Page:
To help prove the theory of deliberate practice, the article includes a study of three groups of violinists: the best students, good students, and a third group comprised of students who will likely become music teachers rather than particularly great musicians. The results of the study conclude that the best students reached their current level by practicing harder, practicing longer, taking less leisure time, and getting plenty of sleep (including naps). In addition, they also tended to be more structured, organized, and knowledgeable about their daily schedule. A second study included in the article on pianists confirmed the first study’s results (373-387).

There is one caveat to deliberate practice. Different people, especially children, may or may not struggle with the motivation constraint. Some individuals will want to practice and some may not. Whether this propensity to practice is inherited from the parents or is a result of environmental factors is a question proposed by the authors at the end of the article. Furthermore, a few other concerns, such as early guidance, the resource constraint, and the health of the individual are necessary considerations for whether or not a person will commence and sustain practice (400).

Regardless of the time and effort that is required of an individual to achieve expert performance, it’s uplifting to know that we may not be predestined to average levels of skillfulness. While there are some additional concerns, as stated above, they do not entirely detract from the implication that deliberate practice, rather than luck of the draw, is the ultimate deciding factor.

1 comment:

  1. You must know the Edison quote:
    "Genius is one percent inspiration and ninety-nine percent perspiration."
    I think Ericsson's work is consistent with that. I don't believe it is necessary to have a 100% theory - either all talent or all practice. I'm okay with some mixture. Nature and nurture.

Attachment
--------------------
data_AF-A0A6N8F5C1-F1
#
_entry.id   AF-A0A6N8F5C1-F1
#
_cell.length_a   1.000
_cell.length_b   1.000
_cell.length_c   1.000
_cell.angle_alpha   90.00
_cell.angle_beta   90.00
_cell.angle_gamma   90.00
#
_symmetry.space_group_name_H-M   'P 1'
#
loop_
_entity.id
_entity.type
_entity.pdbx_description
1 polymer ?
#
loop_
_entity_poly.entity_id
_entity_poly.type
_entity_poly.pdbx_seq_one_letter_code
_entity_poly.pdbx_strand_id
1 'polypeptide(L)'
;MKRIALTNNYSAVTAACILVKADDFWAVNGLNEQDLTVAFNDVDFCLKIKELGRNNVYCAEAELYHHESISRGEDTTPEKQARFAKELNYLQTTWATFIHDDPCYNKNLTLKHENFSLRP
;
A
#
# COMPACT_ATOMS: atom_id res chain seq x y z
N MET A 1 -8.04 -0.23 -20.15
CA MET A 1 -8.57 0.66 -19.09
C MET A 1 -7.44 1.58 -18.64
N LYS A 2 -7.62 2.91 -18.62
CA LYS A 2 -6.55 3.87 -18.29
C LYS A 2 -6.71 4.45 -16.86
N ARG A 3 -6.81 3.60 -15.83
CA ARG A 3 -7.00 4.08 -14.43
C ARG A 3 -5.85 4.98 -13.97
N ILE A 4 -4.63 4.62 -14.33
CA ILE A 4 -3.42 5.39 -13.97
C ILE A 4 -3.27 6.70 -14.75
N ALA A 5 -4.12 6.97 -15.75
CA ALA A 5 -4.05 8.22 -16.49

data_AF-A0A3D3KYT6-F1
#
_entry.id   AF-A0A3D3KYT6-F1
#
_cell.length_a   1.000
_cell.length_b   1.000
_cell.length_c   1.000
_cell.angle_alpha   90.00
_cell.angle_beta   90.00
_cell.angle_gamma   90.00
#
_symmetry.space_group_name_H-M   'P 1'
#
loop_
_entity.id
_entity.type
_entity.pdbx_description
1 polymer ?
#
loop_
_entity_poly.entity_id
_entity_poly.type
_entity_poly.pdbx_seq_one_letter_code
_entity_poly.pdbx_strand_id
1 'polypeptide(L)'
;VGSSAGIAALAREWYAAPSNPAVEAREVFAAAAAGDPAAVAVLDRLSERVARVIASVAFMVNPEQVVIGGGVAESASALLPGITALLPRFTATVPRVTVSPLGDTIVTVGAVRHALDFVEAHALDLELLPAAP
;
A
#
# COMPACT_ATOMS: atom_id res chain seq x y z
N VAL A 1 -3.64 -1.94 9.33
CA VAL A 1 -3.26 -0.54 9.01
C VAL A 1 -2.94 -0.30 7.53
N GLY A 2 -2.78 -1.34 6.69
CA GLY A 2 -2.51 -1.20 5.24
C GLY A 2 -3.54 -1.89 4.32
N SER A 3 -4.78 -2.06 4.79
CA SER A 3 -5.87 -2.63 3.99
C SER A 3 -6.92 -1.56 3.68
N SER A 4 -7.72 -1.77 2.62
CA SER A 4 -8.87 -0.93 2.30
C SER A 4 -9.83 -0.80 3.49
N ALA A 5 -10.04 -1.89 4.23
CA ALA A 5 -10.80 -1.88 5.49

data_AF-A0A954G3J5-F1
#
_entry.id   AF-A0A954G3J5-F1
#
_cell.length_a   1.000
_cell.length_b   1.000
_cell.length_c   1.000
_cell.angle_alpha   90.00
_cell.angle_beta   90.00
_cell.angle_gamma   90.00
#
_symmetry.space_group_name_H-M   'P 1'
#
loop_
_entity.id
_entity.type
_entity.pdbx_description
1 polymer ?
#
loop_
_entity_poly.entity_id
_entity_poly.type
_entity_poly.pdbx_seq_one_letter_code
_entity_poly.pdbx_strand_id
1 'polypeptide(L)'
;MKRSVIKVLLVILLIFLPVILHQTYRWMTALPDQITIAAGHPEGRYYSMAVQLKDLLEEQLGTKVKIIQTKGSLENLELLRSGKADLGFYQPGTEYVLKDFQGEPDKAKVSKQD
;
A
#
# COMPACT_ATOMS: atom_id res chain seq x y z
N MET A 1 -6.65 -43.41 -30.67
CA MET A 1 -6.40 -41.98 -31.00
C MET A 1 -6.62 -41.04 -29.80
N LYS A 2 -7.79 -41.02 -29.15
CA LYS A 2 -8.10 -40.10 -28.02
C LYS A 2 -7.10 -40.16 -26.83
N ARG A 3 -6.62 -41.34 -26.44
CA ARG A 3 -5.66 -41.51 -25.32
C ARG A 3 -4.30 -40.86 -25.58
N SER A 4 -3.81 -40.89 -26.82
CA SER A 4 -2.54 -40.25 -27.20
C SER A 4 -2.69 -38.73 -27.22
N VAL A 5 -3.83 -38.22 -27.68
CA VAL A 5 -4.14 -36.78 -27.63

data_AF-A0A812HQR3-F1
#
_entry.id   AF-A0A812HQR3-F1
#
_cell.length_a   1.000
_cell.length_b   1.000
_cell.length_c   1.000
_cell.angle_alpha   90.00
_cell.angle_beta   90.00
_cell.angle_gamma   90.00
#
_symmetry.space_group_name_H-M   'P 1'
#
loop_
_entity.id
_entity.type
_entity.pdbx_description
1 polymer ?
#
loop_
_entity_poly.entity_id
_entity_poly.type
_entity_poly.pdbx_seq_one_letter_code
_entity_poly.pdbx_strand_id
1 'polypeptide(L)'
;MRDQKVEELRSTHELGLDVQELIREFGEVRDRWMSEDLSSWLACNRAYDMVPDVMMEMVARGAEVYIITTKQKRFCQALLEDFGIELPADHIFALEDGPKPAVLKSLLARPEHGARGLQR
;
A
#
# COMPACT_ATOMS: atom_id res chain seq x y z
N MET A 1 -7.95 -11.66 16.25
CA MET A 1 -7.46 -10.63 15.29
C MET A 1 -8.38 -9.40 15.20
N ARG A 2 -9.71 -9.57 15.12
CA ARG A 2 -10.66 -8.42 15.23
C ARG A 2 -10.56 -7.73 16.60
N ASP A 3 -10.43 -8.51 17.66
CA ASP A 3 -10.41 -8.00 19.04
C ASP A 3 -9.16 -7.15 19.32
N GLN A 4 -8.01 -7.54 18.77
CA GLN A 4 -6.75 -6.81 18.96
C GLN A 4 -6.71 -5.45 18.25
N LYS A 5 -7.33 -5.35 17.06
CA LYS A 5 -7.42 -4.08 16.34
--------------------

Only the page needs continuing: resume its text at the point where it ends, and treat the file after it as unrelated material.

The bigger issue is the inference of others when seeing expert performance. They typically don't see the practice part ahead of time. Applying this to learning, broadly considered, there is a book called Mindset, by Carol Dweck, that argues many people block the necessary practice part because they assume "I'm not good at that" and don't understand that they will be better at it if they practice.

    On the motivation thing, one of the interesting questions for me is what counts for play and what counts for work. Can practice be play? If so, that would address a lot of the motivational issues. Also, kids probably should be involved in lots of different areas - music, sports, particular academic areas from school. Maybe they become proficient in these without becoming expert. I took piano lessons for six years, as an example. I can still pick out a slow popular song from a musical, with the music in a fakebook, but I'm certainly not expert. Maybe that is okay.

    At some point in life, at around your age, maybe you need to choose some specific area to become expert in that, though maybe that doesn't happen still for another 5 or 10 years. I do think many kids plateau in college too early and don't use college as a way to generate good deliberate practice habits that will stand them in good stead later.

    Anyway, there is quite a lot to talk about on this topic.